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Third Congo Civil War (1998-2003): Africa’s World War

A rebel force Congolese soldier adjusts his machinegun in 2001

In acknowledgement of Black History Month, The Royal Gazette continues the publication of stories throughout February on African-American, Black Bermudian and global African people, events and institutions, and their contributions in history

The Third Congo Civil War — also known as Africa’s World War — was a five-year conflict that occurred primarily in the Democratic Republic of Congo. Eight African countries eventually became involved in the war other than DRC: Angola, Chad, Namibia, Zimbabwe, Sudan, Uganda, Rwanda and Burundi. The Third Congo Civil War became the deadliest conflict since the Second World War. An estimated 5.4 million war-related deaths occurred and more than twice that number were displaced from their homes and sought asylum in neighbouring countries.

The Third Congo Civil War evolved out of Laurent-Désiré Kabila’s victory over Mobutu Sese Seko in 1997. Once Kabila became president of the DRC, his relations with previous allies such as Rwanda and Uganda quickly deteriorated. In July 1998, Kabila ordered all officials and troops from Rwanda and Uganda to leave the country. Instead, on August 2, 1998, those troops began supporting rebels who were intent on overthrowing Kabila. Two days later, Rwandan troops flew directly from their nation to the DRC province of Bas-Congo (now Kongo Central) with the intention of joining other Rwandan and Ugandan soldiers and marching on the capital of Kinshasa. Their goal was to drive Kabila from power and replace him with leaders from the Congolese Rally for Democracy.

The Rwandan attempt to overthrow Kabila was prevented by the intervention of Angolan, Zimbabwean and Namibian troops. The leaders of these nations, while not strong supporters of Kabila, nonetheless feared a precedent when foreign troops invaded another nation to overthrow its government.

Rwandan soldiers and the RCD withdrew to eastern DRC and began a long campaign against the DRC army and its new foreign allies. In February 1999, a new rebel group called Movement for the Liberation of the Congo, backed by Uganda, formed in that nation. They allied with the RDC and the Rwandan troops and invaded eastern Congo in August 1999. At this point, two rebel groups challenged the Kabila-led Congo government and five African nations had troops fighting in the country. Three nations — Angola, Zimbabwe and Namibia — supported the Congo Government while Rwanda and Uganda opposed that government.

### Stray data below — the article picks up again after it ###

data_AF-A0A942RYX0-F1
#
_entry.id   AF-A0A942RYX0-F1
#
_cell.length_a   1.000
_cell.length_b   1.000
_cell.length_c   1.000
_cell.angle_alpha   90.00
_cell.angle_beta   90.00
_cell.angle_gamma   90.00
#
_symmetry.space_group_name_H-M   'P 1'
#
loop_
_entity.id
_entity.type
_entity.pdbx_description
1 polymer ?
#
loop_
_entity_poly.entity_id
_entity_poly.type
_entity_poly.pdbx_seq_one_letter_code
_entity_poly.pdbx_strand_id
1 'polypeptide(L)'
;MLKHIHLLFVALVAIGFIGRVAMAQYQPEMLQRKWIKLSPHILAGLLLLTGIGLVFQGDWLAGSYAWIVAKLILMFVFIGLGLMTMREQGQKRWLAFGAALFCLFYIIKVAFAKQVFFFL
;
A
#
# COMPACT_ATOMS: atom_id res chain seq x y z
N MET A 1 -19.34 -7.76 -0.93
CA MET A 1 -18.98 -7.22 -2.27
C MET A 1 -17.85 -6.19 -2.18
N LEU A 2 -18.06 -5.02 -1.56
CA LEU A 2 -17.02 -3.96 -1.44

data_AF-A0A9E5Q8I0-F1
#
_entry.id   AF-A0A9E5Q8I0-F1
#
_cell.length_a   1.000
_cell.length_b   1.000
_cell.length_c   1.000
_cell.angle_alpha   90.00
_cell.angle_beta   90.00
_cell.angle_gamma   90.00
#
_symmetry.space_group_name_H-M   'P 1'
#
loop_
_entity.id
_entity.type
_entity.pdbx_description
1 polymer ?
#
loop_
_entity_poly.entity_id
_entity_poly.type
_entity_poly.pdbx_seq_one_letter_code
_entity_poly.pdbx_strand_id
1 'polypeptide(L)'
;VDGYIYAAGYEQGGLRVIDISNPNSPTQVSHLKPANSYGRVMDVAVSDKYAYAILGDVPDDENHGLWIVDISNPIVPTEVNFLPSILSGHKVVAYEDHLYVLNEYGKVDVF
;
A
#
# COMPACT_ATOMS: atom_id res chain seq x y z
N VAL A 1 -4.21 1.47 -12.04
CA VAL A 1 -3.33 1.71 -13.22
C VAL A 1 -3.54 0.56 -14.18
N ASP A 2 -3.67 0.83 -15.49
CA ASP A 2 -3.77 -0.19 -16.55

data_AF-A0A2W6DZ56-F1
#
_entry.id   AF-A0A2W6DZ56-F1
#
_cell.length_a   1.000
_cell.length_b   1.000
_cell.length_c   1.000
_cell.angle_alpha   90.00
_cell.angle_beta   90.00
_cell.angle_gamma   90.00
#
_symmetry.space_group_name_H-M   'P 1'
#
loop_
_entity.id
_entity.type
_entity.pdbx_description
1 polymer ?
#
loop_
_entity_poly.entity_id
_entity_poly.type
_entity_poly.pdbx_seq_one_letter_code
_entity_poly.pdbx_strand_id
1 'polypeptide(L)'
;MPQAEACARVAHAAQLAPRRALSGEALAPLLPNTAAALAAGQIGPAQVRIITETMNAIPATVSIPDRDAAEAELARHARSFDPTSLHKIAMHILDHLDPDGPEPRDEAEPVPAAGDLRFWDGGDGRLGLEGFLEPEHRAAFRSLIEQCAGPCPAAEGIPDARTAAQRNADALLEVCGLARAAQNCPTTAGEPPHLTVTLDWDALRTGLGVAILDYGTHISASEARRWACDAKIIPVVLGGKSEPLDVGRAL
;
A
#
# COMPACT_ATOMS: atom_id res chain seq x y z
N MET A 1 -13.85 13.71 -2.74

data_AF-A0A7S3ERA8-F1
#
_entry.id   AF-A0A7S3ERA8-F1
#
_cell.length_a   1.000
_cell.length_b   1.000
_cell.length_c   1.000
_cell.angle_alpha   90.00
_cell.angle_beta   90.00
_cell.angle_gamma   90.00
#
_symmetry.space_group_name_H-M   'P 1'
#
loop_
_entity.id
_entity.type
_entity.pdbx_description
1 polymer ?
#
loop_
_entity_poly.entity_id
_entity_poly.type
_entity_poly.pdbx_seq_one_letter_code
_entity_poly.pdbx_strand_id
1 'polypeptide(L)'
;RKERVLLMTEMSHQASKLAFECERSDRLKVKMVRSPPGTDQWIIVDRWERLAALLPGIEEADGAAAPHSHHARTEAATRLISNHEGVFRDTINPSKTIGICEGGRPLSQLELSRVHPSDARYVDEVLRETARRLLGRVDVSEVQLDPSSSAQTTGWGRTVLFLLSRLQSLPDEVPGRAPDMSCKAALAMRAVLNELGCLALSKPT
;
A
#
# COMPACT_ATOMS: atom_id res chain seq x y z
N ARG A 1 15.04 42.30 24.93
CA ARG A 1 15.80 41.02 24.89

By the end of the summer of 1999, two rebel factions backed by the Rwandan and Ugandan armies and their Hutu militias, controlled much of eastern Congo. While the fighting was going on, ceasefire talks began in July 1999 in Lusaka, Zambia. A ceasefire agreement was signed among the warring factions in August 1999, called the Lusaka Accord. None of the factions, however, kept their promises made at Lusaka and the fighting continued.

On January 16, 2001, DRC president Laurent-Désiré Kabila was assassinated by his bodyguard, Rashidi Muzele, in Kinshasa. Kabila’s son, Joseph Kabila, succeeded him as president and began new negotiations with the warring factions to end the fighting. On April 2, 2003, the Pretoria Accord was finally ratified in Sun City, South Africa. Within months, Rwandan, Angolan, Namibian, Ugandan and Zimbabwean troops withdrew from the Congo. Two months later on July 18, 2003, the war was over.


“Third Congo War,” Global Security, https://www.globalsecurity.org/military/world/war/congo-2.html; “Third Congo War,“ Enough, https://enoughproject.org/blog/congo-first-and-second-wars-1996-2003; The Economist, https://www.economist.com/node/1213296; Tom Cooper, Great Lakes Holocaust: First Congo War (Solihull, England: Helion and Co, 2013); Gerard Prunier, Africa’s World War: Congo, the Rwandan Genocide, and the Making of a Continental Catastrophe (Oxford, United Kingdom: Oxford University Press, 2013)

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Published February 23, 2023 at 7:57 am (Updated February 22, 2023 at 5:33 pm)

Third Congo Civil War (1998-2003): Africa’s World War

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